Our founding team and our first hires are all iPhone users, so we started there. We're in a huge hurry to get on Android. I wish the Android app was already out, but it's coming out soon. You've got to have both [iPhone and Android apps]. If we'd done Android first, then we'd have all the urgency to get our iPhone app out. I'm a huge believer in getting people using this as quickly as possible. But we had to start somewhere--and developing across simultaneous platforms is twice as hard.
Zaarly users have sold everything from landscaping to cereal.
Fishback on what's next for Zaarly: There are a lot of moving pieces. It all boils down to helping buyers and sellers more easily transact with each other locally. We're looking at ways to create better feedback and to facilitate discovery, and we're developing tools to be smarter on both sides of the market. We're also looking at how to alert people and keep them dialed in.
We're going to spend this summer and most of the fall working on the feature set--we're running over 100 experiments to figure out what works the best. If we don't keep people loving what they're finding, nobody wins. We're going to make it a much richer experience.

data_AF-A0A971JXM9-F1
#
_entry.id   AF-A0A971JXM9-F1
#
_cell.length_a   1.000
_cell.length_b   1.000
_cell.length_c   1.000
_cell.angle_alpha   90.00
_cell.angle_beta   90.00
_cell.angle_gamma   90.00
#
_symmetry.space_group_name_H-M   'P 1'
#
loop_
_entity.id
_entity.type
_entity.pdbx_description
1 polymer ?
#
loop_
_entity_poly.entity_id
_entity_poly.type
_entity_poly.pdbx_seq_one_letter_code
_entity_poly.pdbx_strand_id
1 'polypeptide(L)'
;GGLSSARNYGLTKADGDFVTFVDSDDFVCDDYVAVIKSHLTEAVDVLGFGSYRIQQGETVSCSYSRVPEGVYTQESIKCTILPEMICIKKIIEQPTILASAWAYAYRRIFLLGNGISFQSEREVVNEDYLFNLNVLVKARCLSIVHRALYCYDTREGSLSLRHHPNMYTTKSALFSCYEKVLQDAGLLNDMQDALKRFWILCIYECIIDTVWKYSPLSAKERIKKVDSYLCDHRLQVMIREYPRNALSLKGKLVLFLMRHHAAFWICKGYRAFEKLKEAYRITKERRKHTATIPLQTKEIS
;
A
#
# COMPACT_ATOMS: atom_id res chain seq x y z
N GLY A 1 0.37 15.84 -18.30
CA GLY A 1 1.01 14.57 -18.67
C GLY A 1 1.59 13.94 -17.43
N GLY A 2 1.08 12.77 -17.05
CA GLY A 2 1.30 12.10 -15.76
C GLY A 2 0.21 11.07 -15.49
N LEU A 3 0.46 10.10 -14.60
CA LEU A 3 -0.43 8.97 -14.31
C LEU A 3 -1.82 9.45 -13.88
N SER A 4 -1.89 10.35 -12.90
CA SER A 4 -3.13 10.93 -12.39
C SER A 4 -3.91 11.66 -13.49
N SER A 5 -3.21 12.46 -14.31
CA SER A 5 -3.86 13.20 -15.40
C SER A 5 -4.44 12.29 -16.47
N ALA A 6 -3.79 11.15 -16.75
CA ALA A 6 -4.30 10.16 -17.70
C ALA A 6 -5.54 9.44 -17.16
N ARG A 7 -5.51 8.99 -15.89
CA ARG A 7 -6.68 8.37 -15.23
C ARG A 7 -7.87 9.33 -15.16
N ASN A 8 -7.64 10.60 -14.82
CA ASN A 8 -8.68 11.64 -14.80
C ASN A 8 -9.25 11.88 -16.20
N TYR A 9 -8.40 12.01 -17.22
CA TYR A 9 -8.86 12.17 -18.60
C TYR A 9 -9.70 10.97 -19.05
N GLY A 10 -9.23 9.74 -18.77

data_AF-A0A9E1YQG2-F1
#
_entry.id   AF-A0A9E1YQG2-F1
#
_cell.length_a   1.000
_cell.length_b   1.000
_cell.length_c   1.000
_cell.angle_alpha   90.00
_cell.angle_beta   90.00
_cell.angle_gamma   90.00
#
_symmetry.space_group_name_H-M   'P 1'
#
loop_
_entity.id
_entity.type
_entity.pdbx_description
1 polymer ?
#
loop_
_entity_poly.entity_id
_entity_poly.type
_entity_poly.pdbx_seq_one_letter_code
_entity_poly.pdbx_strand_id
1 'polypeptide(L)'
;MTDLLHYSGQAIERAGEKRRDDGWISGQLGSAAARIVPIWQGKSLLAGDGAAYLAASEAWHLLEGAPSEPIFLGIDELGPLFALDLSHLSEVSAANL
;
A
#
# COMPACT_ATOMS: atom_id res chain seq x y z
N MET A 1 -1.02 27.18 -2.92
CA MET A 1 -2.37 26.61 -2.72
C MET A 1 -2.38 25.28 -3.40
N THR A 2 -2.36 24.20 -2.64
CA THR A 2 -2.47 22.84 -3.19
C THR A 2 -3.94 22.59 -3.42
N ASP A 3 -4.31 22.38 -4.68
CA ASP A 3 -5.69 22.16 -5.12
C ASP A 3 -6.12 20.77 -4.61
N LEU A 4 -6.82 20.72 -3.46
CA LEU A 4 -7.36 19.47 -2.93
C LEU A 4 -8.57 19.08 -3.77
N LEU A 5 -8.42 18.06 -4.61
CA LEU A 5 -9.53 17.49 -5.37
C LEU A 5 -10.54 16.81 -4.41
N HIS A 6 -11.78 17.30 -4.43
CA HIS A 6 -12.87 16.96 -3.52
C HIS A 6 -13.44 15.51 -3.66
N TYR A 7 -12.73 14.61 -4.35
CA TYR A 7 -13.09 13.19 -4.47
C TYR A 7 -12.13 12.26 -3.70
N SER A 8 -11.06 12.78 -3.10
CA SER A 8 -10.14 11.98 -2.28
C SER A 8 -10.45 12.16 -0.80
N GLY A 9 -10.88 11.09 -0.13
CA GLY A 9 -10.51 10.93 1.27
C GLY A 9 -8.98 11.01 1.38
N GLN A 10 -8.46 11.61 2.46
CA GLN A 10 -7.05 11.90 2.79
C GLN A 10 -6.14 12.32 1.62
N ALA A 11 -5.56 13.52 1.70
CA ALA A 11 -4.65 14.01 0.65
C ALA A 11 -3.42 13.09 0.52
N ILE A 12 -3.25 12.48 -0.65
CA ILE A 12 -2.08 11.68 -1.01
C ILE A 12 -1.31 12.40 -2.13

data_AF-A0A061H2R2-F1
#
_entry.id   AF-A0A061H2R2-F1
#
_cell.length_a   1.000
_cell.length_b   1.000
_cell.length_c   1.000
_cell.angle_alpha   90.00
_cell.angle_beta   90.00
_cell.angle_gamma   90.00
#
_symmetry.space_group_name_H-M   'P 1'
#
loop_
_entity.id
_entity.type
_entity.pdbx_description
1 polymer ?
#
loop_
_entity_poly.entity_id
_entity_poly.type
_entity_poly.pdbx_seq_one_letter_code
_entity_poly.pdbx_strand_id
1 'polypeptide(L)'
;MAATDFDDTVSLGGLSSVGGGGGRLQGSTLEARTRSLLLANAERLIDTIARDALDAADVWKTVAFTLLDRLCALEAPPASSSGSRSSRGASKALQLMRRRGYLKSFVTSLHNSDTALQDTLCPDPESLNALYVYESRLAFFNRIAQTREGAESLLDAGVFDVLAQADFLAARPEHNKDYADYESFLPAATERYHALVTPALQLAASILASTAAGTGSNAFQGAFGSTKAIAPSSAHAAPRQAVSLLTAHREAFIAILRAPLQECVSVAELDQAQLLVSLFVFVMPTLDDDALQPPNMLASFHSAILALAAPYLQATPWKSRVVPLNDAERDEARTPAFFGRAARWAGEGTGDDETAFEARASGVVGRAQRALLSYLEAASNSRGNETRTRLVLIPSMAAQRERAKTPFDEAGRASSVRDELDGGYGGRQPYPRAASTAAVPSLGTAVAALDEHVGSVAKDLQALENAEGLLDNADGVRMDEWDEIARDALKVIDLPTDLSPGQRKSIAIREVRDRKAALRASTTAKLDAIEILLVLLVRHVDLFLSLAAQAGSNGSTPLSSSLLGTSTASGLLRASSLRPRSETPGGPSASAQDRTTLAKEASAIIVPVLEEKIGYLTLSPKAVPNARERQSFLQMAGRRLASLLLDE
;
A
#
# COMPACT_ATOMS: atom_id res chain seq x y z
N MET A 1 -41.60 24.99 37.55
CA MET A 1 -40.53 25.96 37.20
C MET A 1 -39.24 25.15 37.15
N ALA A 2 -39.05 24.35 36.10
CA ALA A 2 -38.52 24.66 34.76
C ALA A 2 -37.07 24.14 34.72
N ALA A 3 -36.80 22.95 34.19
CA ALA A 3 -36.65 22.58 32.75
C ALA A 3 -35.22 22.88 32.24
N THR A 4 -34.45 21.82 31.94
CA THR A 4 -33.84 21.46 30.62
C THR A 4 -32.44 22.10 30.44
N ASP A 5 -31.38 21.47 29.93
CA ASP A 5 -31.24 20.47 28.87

Fishback's advice for aspiring mobile developers: We learned so much so fast by experimenting with HTML5 as a platform. We built a working version in two and a half weeks--we had a mobile-optimized version that totally worked. That let us learn so much faster than building a native app. So you have to learn to leverage new technologies.
You've also got to experiment with real users and do it aggressively. At South by Southwest, we had a private user group of 30 people in an RV we rented--if not for having them around, it's very likely we would have had one tenth the number of transactions we did. We also learned very quickly that people didn't understand all the terminology, and we were able to make changes very quickly. Now more than ever, you have to learn really, really fast. Until you can figure out what works, the rest of it doesn't matter.